THEY PROSTRATED THEMSELVES AND DID HIM HOMAGE
 
This the Feast of the Epiphany. According to Merriam-Webster, an Epiphany is "a usually sudden manifestation or perception of the essential nature or meaning of something." In this case, it is the essential nature of God's salvation entering into our world as an infant, destined to be King, both divine and human.
 
In our first reading (Isaiah 60:1-6), we hear the visit of the Maji foretold by the prophet Isaiah. Isaiah was writing to the Jewish people as they were rebuilding their city and temple after their exile in Babylon. He offered comfort and assurance that the spiritual city of Jerusalem to come would "rise up in splendor." Caravans from the east would come "bearing gold and frankincense." This prophesy would be fulfilled in the birth of Jesus.
 
Rise up in splendor, Jerusalem! Your light has come, the glory of the Lord shines upon you. See, darkness covers the earth, and thick clouds cover the peoples; but upon you the LORD shines, and over you appears his glory. Nations shall walk by your light, and kings by your shining radiance. Raise your eyes and look about; they all gather and come to you: your sons come from afar, and your daughters in the arms of their nurses.
 
Then you shall be radiant at what you see, your heart shall throb and overflow, for the riches of the sea shall be emptied out before you, the wealth of nations shall be brought to you. Caravans of camels shall fill you, dromedaries from Midian and Ephah; all from Sheba shall come bearing gold and frankincense, and proclaiming the praises of the LORD.
 
In our gospel account (Matthew 2:1-12), we hear the story of the "Magi from the east" (most likely non-Jewish astrologers of a priestly or noble class) who were following a star at its rising (traditionally denoting the birth of a new king). The gifts they brought signified the nature of this newborn king - Jesus' kingship, his divinity and his humanity. Gold was the traditional gift brought to a new king; frankincense was a perfume signifying deity and myrrh was an embalming spice, indicating Jesus' humanity, that he would die.
 
When Jesus was born in Bethlehem of Judea, in the days of King Herod, behold, magi from the east arrived in Jerusalem, saying, "Where is the newborn king of the Jews? We saw his star at its rising and have come to do him homage." When King Herod heard this, he was greatly troubled, and all Jerusalem with him. Assembling all the chief priests and the scribes of the people, He inquired of them where the Christ was to be born. They said to him, "In Bethlehem of Judea, for thus it has been written through the prophet: And you, Bethlehem, land of Judah, are by no means least among the rulers of Judah; since from you shall come a ruler, who is to shepherd my people Israel." Then Herod called the magi secretly and ascertained from them the time of the star's appearance. He sent them to Bethlehem and said, "Go and search diligently for the child. When you have found him, bring me word, that I too may go and do him homage."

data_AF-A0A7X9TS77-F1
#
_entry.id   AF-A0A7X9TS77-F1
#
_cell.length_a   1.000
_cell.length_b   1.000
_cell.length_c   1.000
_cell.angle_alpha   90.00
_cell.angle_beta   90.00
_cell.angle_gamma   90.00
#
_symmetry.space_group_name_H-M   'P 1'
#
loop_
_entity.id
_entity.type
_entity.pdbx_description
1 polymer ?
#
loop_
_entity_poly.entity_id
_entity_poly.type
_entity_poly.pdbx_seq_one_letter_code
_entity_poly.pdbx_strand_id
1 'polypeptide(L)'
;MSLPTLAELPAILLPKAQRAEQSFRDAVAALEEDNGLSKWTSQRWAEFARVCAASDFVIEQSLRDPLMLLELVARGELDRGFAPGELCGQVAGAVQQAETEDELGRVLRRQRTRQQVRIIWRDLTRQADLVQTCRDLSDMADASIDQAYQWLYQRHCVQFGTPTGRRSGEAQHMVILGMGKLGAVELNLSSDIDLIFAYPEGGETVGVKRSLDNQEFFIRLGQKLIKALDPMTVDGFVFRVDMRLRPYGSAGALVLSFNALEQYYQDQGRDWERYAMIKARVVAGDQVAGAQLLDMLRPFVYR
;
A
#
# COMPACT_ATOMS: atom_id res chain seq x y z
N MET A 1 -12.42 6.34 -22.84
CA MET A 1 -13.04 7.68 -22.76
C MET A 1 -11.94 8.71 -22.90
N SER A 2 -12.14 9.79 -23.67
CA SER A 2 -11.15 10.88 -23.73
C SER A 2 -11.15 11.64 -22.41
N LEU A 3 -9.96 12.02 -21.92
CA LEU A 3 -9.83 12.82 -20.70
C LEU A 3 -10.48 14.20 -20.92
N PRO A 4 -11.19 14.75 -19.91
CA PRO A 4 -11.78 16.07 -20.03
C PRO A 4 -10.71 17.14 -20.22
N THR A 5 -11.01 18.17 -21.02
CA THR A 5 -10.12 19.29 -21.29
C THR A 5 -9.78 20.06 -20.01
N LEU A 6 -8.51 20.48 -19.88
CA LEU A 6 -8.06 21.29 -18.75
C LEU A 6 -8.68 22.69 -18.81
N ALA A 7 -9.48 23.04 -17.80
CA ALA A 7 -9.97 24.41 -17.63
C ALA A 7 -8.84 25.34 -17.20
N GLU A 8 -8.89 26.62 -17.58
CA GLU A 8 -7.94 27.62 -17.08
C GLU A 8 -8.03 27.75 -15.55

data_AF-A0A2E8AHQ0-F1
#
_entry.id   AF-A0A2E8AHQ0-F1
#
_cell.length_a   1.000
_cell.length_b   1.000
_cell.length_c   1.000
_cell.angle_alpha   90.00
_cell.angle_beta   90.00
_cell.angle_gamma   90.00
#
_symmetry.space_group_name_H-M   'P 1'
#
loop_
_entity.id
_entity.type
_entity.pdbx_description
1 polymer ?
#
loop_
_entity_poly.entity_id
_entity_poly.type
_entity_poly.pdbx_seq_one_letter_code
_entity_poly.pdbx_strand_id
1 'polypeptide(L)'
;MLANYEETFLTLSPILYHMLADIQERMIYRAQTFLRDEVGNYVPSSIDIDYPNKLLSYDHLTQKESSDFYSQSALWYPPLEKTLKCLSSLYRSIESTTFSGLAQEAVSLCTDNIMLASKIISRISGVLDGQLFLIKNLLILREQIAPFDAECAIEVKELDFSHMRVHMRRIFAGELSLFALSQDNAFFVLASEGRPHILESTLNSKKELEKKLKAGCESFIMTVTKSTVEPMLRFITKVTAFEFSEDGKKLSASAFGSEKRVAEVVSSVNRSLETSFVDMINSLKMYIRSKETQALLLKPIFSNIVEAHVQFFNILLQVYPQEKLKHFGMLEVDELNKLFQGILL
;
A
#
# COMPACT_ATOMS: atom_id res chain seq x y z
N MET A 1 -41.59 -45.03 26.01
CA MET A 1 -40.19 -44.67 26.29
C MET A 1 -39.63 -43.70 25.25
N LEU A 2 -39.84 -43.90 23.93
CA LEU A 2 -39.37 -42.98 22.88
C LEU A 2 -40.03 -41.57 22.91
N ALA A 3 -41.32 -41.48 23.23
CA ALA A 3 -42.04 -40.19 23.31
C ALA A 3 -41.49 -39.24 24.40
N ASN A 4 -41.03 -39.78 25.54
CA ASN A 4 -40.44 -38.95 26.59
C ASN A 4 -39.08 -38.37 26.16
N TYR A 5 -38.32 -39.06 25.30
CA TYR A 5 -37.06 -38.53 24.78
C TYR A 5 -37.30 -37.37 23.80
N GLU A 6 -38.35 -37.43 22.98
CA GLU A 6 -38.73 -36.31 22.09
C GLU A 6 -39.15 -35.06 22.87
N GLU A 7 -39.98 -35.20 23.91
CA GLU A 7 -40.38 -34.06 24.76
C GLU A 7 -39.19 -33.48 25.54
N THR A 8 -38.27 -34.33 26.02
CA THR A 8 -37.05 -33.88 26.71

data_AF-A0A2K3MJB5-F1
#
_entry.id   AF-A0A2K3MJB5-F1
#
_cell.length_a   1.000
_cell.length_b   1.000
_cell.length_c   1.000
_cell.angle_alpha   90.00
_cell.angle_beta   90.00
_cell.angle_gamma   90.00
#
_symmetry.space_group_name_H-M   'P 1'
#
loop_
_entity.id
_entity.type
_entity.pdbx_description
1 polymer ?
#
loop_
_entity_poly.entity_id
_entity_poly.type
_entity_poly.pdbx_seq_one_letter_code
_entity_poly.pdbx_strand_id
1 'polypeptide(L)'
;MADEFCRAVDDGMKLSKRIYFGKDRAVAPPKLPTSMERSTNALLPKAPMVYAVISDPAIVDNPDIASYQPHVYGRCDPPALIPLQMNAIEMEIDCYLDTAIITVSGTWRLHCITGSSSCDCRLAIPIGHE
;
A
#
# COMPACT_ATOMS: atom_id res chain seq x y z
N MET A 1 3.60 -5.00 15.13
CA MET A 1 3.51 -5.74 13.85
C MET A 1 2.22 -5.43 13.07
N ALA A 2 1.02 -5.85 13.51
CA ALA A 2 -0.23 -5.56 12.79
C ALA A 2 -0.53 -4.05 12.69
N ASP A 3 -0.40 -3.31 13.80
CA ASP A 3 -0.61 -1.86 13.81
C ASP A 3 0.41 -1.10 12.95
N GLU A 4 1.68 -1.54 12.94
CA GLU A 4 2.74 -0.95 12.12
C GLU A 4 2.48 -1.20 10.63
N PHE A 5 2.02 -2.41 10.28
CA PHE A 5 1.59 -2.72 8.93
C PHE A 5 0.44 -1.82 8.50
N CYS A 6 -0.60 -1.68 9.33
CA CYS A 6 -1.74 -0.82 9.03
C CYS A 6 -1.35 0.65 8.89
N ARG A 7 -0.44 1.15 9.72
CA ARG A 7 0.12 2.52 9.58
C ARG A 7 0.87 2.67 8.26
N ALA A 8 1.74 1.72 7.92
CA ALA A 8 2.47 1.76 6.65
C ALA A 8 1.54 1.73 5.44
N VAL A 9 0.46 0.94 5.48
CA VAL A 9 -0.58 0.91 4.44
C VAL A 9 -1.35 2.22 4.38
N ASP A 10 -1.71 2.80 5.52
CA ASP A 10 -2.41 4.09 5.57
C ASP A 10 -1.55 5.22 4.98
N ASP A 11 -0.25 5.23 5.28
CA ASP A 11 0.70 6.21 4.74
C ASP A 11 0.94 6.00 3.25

After their audience with the king they set out. And behold, the star that they had seen at its rising preceded them, until it came and stopped over the place where the child was. They were overjoyed at seeing the star, and on entering the house they saw the child with Mary his mother. They prostrated themselves and did him homage. Then they opened their treasures and offered him gifts of gold, frankincense, and myrrh. And having been warned in a dream not to return to Herod, they departed for their country by another way.
 
In our Epistle reading, (Ephesians 2:2-3, 5-6), St. Paul is very clear in describing his direct revelation from the Holy Spirit that the Gentiles are "coheirs, members of the same body." This attests to the universality of Christ's mission, that Jerusalem's "sons come from afar."
 
Brothers and sisters: You have heard of the stewardship of God's grace that was given to me for your benefit, namely, that the mystery was made known to me by revelation. It was not made known to people in other generations as it has now been revealed to his holy apostles and prophets by the Spirit: that the Gentiles are coheirs, members of the same body, and copartners in the promise in Christ Jesus through the gospel.
 
Today's Epiphany story is significant in two ways, first, who came to give homage to the Lord and second, what they brought. As a priestly or noble class from the east, the Maji helped fulfill Isaiah's prophesy and signified that Jesus did not come only for the Jews of Jerusalem but for everyone. Their gifts and homage signified their realization that Jesus is Lord of all.
 
We might ponder, what gifts are we to bring to this newborn King? How is it that we prostrate ourselves before him?
 
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